In this paper, we have attempted to introduce the effective framework based on LOOCV technique to the academia and practitioners in real –life situations. The cross-validation technique has been used subsequently to solve many other engineering and management problems that would be complicated for a traditional statistical analysis. In simple words, the cross-validation does with the computer what we would do in practice, if it was possible, we would repeat the experiment. Moreover, the LOOCV technique is extremely valuable in situations where data sizes are small and limited, which is often the real case in applications of project risk assessment. In the proposed model, the basic principle of the LOOCV technique was explained for analyzing risks where a particular family of probability distributions is not specified and original risk data sizes are small. In particular, we have explained the LOOCV principle for estimating the SD of RFs associated with climate change issues in the construction project. We have found that the LOOCV has greater accuracy for estimating the SD of RFs than estimating the SD from original risks data. SDs for RFs were remarkably reduced when the non-parametric LOOCV was applied. It has been found that the distribution of the original samples did not exactly follow the normal distribution; however, the distribution of the LOOCV followed the normality when the proposed approach was applied (normality checking). Then, the NPP was provided in order to compare the traditional ranking and the proposed ranking for the climate change risks. The related results demonstrated that the proposed approach could assist top managers to better assess the risks of climate changes in the gas refinery plant construction in Iran. In future research, we may work on comparison of different non-parametric resampling techniques on risk data of climate changes of construction projects.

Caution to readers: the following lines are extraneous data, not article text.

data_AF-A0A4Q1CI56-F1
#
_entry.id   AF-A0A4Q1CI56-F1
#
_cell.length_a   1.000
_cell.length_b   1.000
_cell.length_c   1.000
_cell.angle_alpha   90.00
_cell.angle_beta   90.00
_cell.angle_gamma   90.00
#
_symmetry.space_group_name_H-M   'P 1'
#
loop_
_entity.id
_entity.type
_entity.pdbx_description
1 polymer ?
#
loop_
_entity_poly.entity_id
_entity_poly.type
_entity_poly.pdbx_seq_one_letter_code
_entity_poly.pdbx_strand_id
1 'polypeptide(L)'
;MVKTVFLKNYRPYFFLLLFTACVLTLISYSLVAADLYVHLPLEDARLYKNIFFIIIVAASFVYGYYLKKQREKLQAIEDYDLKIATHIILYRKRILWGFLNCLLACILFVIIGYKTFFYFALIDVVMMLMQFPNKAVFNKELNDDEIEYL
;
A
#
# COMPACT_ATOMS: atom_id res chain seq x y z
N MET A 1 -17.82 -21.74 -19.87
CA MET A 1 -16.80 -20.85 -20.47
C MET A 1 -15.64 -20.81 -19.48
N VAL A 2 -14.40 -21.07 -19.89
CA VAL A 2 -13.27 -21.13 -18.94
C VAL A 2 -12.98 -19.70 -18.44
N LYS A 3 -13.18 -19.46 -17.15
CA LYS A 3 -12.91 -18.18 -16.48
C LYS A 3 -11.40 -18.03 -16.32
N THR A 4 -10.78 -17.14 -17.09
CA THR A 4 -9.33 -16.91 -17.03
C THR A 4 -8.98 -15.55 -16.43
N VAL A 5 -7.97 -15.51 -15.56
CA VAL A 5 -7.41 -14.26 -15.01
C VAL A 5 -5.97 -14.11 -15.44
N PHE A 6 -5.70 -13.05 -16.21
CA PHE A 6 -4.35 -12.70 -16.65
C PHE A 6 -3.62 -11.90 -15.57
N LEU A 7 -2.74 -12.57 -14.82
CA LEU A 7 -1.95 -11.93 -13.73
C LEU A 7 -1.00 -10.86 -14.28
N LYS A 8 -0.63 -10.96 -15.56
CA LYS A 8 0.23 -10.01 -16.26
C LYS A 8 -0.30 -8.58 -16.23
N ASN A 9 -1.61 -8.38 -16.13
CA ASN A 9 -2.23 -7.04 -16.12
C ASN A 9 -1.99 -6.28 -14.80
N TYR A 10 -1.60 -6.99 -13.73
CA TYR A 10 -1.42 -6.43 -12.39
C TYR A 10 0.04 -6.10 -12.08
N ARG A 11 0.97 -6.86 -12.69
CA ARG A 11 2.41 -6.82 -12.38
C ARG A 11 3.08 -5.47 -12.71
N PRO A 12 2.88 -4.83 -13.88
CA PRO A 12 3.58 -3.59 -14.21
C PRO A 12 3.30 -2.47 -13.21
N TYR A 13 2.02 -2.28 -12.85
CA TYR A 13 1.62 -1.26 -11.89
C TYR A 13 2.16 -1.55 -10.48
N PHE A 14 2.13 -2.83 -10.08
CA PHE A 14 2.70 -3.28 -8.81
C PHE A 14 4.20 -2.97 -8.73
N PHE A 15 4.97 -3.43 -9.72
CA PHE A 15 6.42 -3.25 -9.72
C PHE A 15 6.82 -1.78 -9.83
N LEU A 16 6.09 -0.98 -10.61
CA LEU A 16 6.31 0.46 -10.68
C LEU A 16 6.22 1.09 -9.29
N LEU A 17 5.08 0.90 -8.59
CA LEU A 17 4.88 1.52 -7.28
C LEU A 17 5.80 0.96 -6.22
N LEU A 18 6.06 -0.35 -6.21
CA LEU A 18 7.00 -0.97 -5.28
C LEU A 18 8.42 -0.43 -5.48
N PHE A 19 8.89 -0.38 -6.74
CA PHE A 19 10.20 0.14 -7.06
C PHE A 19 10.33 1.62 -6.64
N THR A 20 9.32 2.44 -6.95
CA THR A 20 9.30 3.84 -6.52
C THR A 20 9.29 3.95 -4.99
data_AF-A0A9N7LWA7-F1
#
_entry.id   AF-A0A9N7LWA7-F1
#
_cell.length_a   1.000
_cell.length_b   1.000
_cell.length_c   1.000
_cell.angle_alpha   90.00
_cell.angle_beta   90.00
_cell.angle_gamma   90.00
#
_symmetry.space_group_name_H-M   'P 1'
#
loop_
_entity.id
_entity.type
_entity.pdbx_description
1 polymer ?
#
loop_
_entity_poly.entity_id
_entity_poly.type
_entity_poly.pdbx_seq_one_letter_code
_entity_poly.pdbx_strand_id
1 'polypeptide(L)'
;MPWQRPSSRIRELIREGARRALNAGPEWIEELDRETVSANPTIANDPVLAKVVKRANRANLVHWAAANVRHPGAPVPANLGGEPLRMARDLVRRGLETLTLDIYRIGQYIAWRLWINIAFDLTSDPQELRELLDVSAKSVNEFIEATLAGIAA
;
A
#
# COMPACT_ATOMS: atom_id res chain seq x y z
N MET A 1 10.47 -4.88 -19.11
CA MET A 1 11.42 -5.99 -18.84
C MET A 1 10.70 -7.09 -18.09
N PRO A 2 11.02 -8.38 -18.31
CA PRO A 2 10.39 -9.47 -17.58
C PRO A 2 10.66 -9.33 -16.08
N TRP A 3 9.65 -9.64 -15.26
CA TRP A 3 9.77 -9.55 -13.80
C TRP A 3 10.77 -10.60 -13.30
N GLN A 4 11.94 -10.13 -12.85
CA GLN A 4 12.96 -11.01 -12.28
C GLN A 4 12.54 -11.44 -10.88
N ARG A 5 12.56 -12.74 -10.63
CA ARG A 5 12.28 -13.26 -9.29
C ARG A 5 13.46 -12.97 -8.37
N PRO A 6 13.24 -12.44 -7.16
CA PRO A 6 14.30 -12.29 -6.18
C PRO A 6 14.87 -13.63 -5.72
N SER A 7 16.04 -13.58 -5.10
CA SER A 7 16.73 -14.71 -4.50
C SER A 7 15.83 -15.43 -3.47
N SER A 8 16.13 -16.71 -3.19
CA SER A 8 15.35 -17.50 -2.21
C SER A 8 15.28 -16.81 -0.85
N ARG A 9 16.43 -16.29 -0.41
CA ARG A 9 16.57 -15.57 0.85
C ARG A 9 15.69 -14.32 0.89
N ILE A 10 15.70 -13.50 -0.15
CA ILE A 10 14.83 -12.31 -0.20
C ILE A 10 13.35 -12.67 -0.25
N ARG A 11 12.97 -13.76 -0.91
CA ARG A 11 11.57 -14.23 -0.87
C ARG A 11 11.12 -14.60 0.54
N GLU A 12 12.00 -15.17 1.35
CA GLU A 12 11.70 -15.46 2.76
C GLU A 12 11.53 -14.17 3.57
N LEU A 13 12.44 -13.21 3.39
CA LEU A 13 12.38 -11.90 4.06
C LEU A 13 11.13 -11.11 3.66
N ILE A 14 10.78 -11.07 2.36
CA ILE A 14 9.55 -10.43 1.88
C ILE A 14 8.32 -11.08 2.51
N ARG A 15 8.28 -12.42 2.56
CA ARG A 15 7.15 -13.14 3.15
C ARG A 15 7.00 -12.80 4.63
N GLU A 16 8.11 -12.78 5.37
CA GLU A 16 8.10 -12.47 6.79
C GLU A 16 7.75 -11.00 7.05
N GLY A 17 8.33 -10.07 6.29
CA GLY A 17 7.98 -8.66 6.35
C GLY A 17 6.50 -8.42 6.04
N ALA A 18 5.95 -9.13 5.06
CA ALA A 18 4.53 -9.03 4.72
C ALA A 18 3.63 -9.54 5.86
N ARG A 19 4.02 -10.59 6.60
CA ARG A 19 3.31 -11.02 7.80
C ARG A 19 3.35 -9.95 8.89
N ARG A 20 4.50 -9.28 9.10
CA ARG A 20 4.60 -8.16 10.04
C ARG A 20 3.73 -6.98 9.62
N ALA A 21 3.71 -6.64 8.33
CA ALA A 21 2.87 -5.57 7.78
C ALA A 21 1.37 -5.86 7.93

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Written By

S. Mohammad H. Mojtahedi and S.M. Mousavi

Submitted: 12 November 2010 Published: 28 July 2011